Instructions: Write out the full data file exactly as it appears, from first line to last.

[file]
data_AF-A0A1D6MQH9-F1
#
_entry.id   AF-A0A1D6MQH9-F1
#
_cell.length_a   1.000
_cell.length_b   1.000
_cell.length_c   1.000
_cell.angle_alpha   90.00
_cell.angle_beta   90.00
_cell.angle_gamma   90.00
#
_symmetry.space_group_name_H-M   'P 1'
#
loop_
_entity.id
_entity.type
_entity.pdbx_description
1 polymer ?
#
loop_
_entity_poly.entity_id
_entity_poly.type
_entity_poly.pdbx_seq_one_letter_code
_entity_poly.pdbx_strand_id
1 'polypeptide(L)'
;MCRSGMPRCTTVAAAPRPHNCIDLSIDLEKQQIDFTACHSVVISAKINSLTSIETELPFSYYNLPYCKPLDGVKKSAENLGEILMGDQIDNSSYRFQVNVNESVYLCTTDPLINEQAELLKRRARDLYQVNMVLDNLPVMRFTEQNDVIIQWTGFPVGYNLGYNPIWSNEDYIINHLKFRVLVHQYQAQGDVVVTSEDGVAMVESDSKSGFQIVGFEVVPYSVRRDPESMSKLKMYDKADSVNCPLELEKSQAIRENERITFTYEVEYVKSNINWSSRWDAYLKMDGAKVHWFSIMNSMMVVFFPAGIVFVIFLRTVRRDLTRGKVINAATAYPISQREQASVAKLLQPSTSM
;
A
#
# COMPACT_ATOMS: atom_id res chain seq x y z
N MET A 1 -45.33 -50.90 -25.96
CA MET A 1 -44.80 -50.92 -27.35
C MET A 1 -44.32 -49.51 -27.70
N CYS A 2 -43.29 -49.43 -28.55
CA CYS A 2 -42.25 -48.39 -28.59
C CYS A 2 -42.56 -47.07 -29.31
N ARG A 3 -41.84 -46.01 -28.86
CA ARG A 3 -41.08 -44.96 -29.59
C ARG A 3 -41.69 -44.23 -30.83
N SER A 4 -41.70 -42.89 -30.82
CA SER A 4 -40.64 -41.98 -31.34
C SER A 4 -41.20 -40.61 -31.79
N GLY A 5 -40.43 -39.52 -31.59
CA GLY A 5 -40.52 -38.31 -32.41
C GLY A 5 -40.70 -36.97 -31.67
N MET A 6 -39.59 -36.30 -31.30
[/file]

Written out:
data_AF-A0A1D6MQH9-F1
#
_entry.id   AF-A0A1D6MQH9-F1
#
_cell.length_a   1.000
_cell.length_b   1.000
_cell.length_c   1.000
_cell.angle_alpha   90.00
_cell.angle_beta   90.00
_cell.angle_gamma   90.00
#
_symmetry.space_group_name_H-M   'P 1'
#
loop_
_entity.id
_entity.type
_entity.pdbx_description
1 polymer ?
#
loop_
_entity_poly.entity_id
_entity_poly.type
_entity_poly.pdbx_seq_one_letter_code
_entity_poly.pdbx_strand_id
1 'polypeptide(L)'
;MCRSGMPRCTTVAAAPRPHNCIDLSIDLEKQQIDFTACHSVVISAKINSLTSIETELPFSYYNLPYCKPLDGVKKSAENLGEILMGDQIDNSSYRFQVNVNESVYLCTTDPLINEQAELLKRRARDLYQVNMVLDNLPVMRFTEQNDVIIQWTGFPVGYNLGYNPIWSNEDYIINHLKFRVLVHQYQAQGDVVVTSEDGVAMVESDSKSGFQIVGFEVVPYSVRRDPESMSKLKMYDKADSVNCPLELEKSQAIRENERITFTYEVEYVKSNINWSSRWDAYLKMDGAKVHWFSIMNSMMVVFFPAGIVFVIFLRTVRRDLTRGKVINAATAYPISQREQASVAKLLQPSTSM
;
A
#
# COMPACT_ATOMS: atom_id res chain seq x y z
N MET A 1 -45.33 -50.90 -25.96
CA MET A 1 -44.80 -50.92 -27.35
C MET A 1 -44.32 -49.51 -27.70
N CYS A 2 -43.29 -49.43 -28.55
CA CYS A 2 -42.25 -48.39 -28.59
C CYS A 2 -42.56 -47.07 -29.31
N ARG A 3 -41.84 -46.01 -28.86
CA ARG A 3 -41.08 -44.96 -29.59
C ARG A 3 -41.69 -44.23 -30.83
N SER A 4 -41.70 -42.89 -30.82
CA SER A 4 -40.64 -41.98 -31.34
C SER A 4 -41.20 -40.61 -31.79
N GLY A 5 -40.43 -39.52 -31.59
CA GLY A 5 -40.52 -38.31 -32.41
C GLY A 5 -40.70 -36.97 -31.67
N MET A 6 -39.59 -36.30 -31.30